The Ultimate Martial Art

By Frank Simons

In this lecture you will learn about the origins and features of Chen, Yang, Wu/Hao, Wu, and Sun, the five families of t’ai chi practice. The style that started them all was Chen; grand master Chen Bu lived in the 1300s. But it is the ninth-generation Chen patriarch, Chen Wan-ting, who gets much of the credit for bringing together all of the training practices into two routines. The Chen style is characterized by stances that are deeper and wider than most of the other styles of t’ai chi. The tempo of the routines varies in speed throughout, with soft-slow motions punctuated by faster and more powerful punches, slaps, kicks, and grabs.

Video Presentation
Essentials of T’ai Chi and Qigong, Part 5, The Five Families of T’ai Chi Practice
Thu, Jun 30, 5:30pm
Meditation Center
Callejón Blanco 4
Free, donations accepted

The Yang style is named for Yang Lu-chan, the first person outside the Chen family to be accepted as a disciple and to master the style. Having sworn an oath to his master not to reveal the secrets of the Chen style to outsiders, he created his own style. He made the movements larger, softer, and rounder. The style was still devastatingly effective, but also gentler and easier to learn. Yang style surpassed Chen in popularity and is the most well-known and widely practiced around the world, due to the teaching of Yang Chen-fu, Lu-chan’s grandson.

Wu Quanyou, a Manchurian officer, became so adept he was invited to become a disciple of Yang Lu-chan’s oldest son. He made distinctive adaptations to the original Yang style and developed his own family system, the Wu style, the third of the five families. One of the distinctive characteristics of Wu style is that it is more upright but also adopts an inclined posture—interpreting the principle of a straight spine to mean aligned from the back heel, along the leg, to the top of the head, creating an impression of piercing.

The original patriarch of the Wu/Hao style was a man named Wu Yu-xiang, a scholar and wealthy merchant, and student of Yang Lu-chan. This style is distinctive in that the stances are very upright and quite narrow. The self-defense techniques are small and subtle, focusing on grappling and joint control, much like jujitsu. Wu is considered the third-oldest style, and it is currently the least popular; it is rare and not commonly seen in public. However, it has had a profound influence on all the other styles of t’ai chi and t’ai chi culture through its main contribution, the family writings on the theory and philosophy of t’ai chi chuan.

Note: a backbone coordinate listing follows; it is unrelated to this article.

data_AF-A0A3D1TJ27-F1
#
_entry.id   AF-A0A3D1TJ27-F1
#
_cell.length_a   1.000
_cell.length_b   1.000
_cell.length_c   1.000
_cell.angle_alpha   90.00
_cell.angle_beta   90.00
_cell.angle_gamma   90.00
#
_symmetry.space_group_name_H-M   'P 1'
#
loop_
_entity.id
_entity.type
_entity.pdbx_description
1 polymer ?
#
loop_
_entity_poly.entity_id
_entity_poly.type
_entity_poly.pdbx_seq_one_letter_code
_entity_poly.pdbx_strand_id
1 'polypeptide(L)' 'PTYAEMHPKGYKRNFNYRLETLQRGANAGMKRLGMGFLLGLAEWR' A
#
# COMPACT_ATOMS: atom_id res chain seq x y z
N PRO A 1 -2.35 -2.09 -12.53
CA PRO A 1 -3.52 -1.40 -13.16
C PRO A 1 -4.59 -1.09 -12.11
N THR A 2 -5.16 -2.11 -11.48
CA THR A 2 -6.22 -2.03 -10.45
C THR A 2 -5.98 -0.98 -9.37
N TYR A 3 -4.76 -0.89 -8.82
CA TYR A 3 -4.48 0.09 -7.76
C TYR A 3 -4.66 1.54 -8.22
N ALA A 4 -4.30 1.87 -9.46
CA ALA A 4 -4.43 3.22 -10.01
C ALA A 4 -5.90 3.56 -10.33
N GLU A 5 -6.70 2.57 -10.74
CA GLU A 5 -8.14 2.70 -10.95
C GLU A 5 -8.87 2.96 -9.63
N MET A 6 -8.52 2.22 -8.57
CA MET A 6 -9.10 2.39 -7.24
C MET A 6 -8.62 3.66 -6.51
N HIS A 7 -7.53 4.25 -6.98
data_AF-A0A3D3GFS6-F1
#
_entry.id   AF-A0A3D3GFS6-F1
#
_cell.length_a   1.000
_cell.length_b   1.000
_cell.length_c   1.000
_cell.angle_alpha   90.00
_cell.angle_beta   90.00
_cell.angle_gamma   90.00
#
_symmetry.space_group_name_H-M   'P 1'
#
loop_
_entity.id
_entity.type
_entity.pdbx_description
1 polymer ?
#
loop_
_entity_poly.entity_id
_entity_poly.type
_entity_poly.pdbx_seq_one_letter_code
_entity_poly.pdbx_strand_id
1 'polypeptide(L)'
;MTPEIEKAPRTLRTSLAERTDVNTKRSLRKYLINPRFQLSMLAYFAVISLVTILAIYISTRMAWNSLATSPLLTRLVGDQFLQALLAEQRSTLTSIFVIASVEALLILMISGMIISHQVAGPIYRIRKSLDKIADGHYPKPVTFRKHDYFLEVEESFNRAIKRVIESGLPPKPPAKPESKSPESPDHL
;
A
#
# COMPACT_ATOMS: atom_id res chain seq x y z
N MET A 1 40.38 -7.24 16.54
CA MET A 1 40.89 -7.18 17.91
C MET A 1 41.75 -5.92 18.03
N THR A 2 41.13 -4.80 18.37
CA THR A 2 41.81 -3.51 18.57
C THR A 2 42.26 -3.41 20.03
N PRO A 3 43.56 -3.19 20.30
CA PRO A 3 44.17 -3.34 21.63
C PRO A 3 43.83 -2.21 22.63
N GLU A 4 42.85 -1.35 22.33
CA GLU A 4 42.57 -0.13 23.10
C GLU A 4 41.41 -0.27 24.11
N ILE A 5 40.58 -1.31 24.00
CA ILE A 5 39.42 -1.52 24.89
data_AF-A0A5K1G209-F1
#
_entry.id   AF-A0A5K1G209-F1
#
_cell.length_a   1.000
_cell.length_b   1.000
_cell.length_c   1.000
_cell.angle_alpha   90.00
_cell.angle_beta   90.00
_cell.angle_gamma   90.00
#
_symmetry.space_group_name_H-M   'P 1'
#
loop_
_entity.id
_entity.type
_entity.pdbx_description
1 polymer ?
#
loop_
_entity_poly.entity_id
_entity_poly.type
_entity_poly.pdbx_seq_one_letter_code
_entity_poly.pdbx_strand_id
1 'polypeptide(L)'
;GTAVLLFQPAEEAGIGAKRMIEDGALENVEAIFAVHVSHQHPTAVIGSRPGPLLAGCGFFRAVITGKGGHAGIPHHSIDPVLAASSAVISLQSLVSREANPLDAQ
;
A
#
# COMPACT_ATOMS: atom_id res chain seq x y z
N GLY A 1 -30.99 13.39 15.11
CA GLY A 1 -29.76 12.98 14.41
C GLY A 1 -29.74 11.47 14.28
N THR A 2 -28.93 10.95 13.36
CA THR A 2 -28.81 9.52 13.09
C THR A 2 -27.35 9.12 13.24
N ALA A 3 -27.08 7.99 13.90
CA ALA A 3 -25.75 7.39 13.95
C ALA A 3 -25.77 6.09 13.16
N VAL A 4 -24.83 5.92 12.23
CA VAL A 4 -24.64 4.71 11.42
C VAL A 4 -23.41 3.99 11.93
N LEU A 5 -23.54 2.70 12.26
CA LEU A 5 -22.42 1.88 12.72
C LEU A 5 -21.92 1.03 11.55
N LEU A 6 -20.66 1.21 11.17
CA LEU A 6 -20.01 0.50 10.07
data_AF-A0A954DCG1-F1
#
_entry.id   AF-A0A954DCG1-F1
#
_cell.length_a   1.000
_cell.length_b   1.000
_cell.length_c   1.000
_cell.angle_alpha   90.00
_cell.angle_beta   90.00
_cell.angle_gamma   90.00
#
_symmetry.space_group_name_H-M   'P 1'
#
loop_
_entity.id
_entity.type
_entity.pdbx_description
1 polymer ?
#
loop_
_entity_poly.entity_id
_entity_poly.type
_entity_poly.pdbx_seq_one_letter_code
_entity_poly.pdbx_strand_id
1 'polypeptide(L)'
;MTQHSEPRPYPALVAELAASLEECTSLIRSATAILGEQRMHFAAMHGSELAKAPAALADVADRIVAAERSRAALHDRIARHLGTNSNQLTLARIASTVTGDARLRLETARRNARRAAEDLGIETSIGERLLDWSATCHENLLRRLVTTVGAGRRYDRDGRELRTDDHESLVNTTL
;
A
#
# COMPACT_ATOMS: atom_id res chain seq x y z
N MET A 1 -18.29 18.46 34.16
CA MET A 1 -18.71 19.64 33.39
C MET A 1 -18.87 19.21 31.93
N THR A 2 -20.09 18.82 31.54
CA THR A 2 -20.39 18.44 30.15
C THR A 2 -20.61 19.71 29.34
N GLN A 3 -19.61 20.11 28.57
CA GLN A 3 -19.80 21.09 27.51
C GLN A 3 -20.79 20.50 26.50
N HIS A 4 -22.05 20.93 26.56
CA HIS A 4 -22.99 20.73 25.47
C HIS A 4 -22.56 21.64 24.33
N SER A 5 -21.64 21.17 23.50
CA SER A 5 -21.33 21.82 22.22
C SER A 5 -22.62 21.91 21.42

The Sun style is the youngest and is sometimes called the “combination style.” It was a deliberate attempt to bring together all the major internal martial arts into a unified system. Sun Lu-tang was a serious martial artist who had already studied under the Wu/Hao lineage. He was born into a peasant family, struggled to survive conditions in 19th century China, achieved a classical Confucian education, learned to read and write, and was successfully upwardly mobile. The Sun style is characterized by quick and deft movements, freely advancing or retreating in agile steps. Stances are high, more upright and natural, with the feet no wider than shoulder width. The movements are short and compact with hand movements connected into a corresponding leg movement.

 

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